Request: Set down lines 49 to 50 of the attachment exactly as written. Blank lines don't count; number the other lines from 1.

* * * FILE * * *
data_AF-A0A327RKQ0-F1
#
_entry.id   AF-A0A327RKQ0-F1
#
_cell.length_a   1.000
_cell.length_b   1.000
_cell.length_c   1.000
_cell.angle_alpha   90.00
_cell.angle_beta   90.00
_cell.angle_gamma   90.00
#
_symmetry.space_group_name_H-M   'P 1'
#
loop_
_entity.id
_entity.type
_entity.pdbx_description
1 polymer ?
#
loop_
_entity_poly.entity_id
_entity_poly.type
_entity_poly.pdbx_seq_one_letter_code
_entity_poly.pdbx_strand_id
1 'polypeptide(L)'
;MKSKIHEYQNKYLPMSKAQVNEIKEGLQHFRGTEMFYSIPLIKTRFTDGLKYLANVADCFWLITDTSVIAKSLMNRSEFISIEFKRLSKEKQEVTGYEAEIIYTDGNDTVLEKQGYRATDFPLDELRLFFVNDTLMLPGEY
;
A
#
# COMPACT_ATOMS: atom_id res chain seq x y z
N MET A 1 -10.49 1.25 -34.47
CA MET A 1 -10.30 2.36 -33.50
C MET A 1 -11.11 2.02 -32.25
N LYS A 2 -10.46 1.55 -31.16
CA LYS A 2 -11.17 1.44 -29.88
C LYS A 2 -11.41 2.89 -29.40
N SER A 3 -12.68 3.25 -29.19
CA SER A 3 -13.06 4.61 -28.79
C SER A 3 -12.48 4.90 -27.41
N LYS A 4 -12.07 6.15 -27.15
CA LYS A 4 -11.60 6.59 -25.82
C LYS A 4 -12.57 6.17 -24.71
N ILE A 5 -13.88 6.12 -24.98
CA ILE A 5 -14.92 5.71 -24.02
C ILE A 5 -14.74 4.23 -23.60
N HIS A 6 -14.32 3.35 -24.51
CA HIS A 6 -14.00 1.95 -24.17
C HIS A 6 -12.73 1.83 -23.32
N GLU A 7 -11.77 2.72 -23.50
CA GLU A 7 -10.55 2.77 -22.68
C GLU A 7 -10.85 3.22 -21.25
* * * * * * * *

N GLU A 7 -11.77 2.72 -23.50
CA GLU A 7 -10.55 2.77 -22.68